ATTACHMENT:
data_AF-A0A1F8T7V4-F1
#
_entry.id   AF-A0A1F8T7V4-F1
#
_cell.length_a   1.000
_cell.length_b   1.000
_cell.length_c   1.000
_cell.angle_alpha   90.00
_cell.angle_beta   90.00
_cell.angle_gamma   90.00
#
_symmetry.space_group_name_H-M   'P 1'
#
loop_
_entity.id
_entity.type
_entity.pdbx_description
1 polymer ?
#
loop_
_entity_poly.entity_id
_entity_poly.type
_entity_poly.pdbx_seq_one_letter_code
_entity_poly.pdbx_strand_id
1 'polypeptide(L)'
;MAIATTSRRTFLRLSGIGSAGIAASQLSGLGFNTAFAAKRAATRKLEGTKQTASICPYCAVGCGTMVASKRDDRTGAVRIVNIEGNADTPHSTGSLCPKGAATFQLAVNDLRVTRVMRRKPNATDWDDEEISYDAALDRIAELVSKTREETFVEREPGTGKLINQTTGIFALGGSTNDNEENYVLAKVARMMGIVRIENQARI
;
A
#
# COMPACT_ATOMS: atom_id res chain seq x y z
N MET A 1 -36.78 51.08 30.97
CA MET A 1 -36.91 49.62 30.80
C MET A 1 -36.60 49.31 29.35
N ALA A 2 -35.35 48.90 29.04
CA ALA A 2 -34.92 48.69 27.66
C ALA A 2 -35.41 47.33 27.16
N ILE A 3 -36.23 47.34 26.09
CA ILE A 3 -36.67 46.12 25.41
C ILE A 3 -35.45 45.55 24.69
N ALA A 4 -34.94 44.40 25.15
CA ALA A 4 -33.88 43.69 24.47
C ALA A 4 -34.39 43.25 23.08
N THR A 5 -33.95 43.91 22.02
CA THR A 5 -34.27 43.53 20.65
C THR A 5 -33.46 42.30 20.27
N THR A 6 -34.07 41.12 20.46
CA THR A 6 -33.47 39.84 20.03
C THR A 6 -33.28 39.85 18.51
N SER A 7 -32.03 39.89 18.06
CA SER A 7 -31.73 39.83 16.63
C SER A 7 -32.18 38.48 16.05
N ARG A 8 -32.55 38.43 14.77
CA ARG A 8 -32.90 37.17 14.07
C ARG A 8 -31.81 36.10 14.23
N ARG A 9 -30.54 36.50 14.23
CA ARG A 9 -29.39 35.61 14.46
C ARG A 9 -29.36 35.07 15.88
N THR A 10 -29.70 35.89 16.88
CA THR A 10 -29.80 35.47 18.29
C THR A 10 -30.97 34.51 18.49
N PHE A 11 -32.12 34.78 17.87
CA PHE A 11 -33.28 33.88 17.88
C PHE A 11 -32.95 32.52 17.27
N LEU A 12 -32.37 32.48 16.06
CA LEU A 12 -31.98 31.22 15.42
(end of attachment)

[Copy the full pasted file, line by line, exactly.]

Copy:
data_AF-A0A1F8T7V4-F1
#
_entry.id   AF-A0A1F8T7V4-F1
#
_cell.length_a   1.000
_cell.length_b   1.000
_cell.length_c   1.000
_cell.angle_alpha   90.00
_cell.angle_beta   90.00
_cell.angle_gamma   90.00
#
_symmetry.space_group_name_H-M   'P 1'
#
loop_
_entity.id
_entity.type
_entity.pdbx_description
1 polymer ?
#
loop_
_entity_poly.entity_id
_entity_poly.type
_entity_poly.pdbx_seq_one_letter_code
_entity_poly.pdbx_strand_id
1 'polypeptide(L)'
;MAIATTSRRTFLRLSGIGSAGIAASQLSGLGFNTAFAAKRAATRKLEGTKQTASICPYCAVGCGTMVASKRDDRTGAVRIVNIEGNADTPHSTGSLCPKGAATFQLAVNDLRVTRVMRRKPNATDWDDEEISYDAALDRIAELVSKTREETFVEREPGTGKLINQTTGIFALGGSTNDNEENYVLAKVARMMGIVRIENQARI
;
A
#
# COMPACT_ATOMS: atom_id res chain seq x y z
N MET A 1 -36.78 51.08 30.97
CA MET A 1 -36.91 49.62 30.80
C MET A 1 -36.60 49.31 29.35
N ALA A 2 -35.35 48.90 29.04
CA ALA A 2 -34.92 48.69 27.66
C ALA A 2 -35.41 47.33 27.16
N ILE A 3 -36.23 47.34 26.09
CA ILE A 3 -36.67 46.12 25.41
C ILE A 3 -35.45 45.55 24.69
N ALA A 4 -34.94 44.40 25.15
CA ALA A 4 -33.88 43.69 24.47
C ALA A 4 -34.39 43.25 23.08
N THR A 5 -33.95 43.91 22.02
CA THR A 5 -34.27 43.53 20.65
C THR A 5 -33.46 42.30 20.27
N THR A 6 -34.07 41.12 20.46
CA THR A 6 -33.47 39.84 20.03
C THR A 6 -33.28 39.85 18.51
N SER A 7 -32.03 39.89 18.06
CA SER A 7 -31.73 39.83 16.63
C SER A 7 -32.18 38.48 16.05
N ARG A 8 -32.55 38.43 14.77
CA ARG A 8 -32.90 37.17 14.07
C ARG A 8 -31.81 36.10 14.23
N ARG A 9 -30.54 36.50 14.23
CA ARG A 9 -29.39 35.61 14.46
C ARG A 9 -29.36 35.07 15.88
N THR A 10 -29.70 35.89 16.88
CA THR A 10 -29.80 35.47 18.29
C THR A 10 -30.97 34.51 18.49
N PHE A 11 -32.12 34.78 17.87
CA PHE A 11 -33.28 33.88 17.88
C PHE A 11 -32.95 32.52 17.27
N LEU A 12 -32.37 32.48 16.06
CA LEU A 12 -31.98 31.22 15.42